Slavery was legally abolished throughout Britain's colonies in 1834, twelve months after the Slavery Abolition Act was passed. Since the 16th century, Britain has committed atrocities against humanity, taking part in a trade that has resulted in the forcible transportation of at least 12 million people from Africa to the Americas.
After enduring horrendous conditions aboard slave ships, these people frequently spent the remainder of their lives working on plantations to produce popular European commodities such as sugar, cotton, and tobacco. Many died on the middle passage' over the Atlantic (it is claimed that 15% died during the voyage), but those who did make it to the Americas were enslaved for life, and their offspring were born into slavery.
Throughout history, Britain has played a pivotal role in the trans-Atlantic slave trade. Although many other European countries were involved in the transaction, including Spain, Portugal, France, the Netherlands, Denmark, and Sweden, British ports became epicentres of this global enterprise, with Bristol, London, and Liverpool at the forefront of Europe's slaving ports.
Profits from the slave trade fueled the growth of British industry. They provided large sums to institutions and notable individuals, including banks, political leaders, and the British royal family.
While the trans-Atlantic slave trade ended in 1807, slavery persisted in the British Empire for another quarter-century. Traditionally, Britain was celebrated for its involvement in the abolition of both the slave trade and slavery, but this narrative has increasingly faced criticism in recent years.
For example, researchers have noted that, even after slavery was abolished, the institution was frequently continued in all but name, with formerly enslaved people often forced to work for meagre wages (in fact, many formerly enslaved people were 'apprenticed,' and thus received no wages at all).
Furthermore, upon emancipation in 1834, the British government compensated former enslavers a considerable sum of £20 million (almost £17 billion in today's money) for losing their "property." This restitution was so massive that UK taxpayers still paid the debt to former enslavers' families as late as 2015.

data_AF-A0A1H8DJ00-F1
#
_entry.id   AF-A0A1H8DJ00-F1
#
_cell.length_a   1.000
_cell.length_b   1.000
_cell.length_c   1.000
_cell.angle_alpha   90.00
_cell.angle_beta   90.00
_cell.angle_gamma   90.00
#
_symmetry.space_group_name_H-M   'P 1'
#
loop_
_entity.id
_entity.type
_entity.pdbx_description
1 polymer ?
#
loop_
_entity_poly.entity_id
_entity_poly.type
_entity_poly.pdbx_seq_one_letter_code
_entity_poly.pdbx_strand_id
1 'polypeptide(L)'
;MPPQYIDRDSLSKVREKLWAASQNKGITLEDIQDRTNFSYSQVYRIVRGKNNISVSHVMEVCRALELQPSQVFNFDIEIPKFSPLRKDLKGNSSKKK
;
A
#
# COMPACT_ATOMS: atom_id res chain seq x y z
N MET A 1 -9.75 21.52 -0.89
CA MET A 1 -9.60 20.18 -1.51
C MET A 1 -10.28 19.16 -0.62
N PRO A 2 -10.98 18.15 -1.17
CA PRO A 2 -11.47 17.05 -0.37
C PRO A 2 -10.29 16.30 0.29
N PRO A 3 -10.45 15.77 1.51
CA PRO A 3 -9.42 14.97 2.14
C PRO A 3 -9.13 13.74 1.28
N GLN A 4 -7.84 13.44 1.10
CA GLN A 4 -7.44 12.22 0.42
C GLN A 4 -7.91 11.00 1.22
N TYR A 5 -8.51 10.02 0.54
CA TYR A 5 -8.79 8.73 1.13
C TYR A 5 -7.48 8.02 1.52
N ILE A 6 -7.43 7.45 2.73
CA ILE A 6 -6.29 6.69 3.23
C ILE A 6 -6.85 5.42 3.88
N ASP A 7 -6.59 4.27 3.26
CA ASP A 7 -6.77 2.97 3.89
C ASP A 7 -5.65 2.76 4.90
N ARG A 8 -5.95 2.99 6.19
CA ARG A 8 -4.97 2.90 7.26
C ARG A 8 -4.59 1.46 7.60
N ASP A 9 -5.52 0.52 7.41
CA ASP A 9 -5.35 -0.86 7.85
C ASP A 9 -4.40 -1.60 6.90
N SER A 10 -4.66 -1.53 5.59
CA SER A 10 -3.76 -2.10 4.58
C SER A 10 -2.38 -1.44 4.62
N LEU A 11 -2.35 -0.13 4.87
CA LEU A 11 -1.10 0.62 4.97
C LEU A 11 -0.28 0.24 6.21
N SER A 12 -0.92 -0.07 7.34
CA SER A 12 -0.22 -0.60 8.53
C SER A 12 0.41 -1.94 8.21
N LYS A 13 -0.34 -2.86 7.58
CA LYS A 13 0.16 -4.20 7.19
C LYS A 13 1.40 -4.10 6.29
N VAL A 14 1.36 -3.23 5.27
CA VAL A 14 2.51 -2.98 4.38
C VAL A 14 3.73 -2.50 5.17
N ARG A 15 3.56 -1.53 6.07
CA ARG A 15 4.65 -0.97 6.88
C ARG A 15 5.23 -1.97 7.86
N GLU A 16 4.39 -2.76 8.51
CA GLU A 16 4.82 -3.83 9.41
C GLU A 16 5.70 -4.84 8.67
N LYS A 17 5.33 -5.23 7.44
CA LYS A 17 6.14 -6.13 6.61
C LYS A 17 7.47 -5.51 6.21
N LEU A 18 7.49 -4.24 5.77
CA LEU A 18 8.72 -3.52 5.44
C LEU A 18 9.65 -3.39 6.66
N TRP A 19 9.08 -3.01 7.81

Every year on August 1st, several former (and some current) British territories observe Emancipation Day to commemorate the official end of slavery in the British Empire. The Bahamas, Belize, Dominica, Grenada, Jamaica, Montserrat, St. Kitts and Nevis, St. Lucia, St. Vincent and the Grenadines, Trinidad and Tobago, Turks and Caicos Islands, and Canada are among them (Bermuda celebrates Emancipation Day on the final Thursday before August).
Though the anniversary is not officially recognised in this country, there have been growing calls for the UK establishment to acknowledge Britain's pivotal involvement in enslaving Africans and people of African descent. More broadly, there have been fresh calls to recognise and promote awareness of the repressive nature of British imperial authority in Africa, Asia, the Americas, and Australasia, including calls for reparations to former British colonies.
For example, Mia Mottley, the Prime Minister of Barbados, which recently deposed the Queen as head of state, has repeatedly emphasised the need for such payments, as have public officials in Jamaica (another Commonwealth country that has just promised to become a republic). In the aftermath of the Windrush affair and the growth of Black Lives Matter in the United Kingdom, it is more crucial than ever that we critically engage with the history and legacy of the empire. After all, history is about learning about and learning from the past.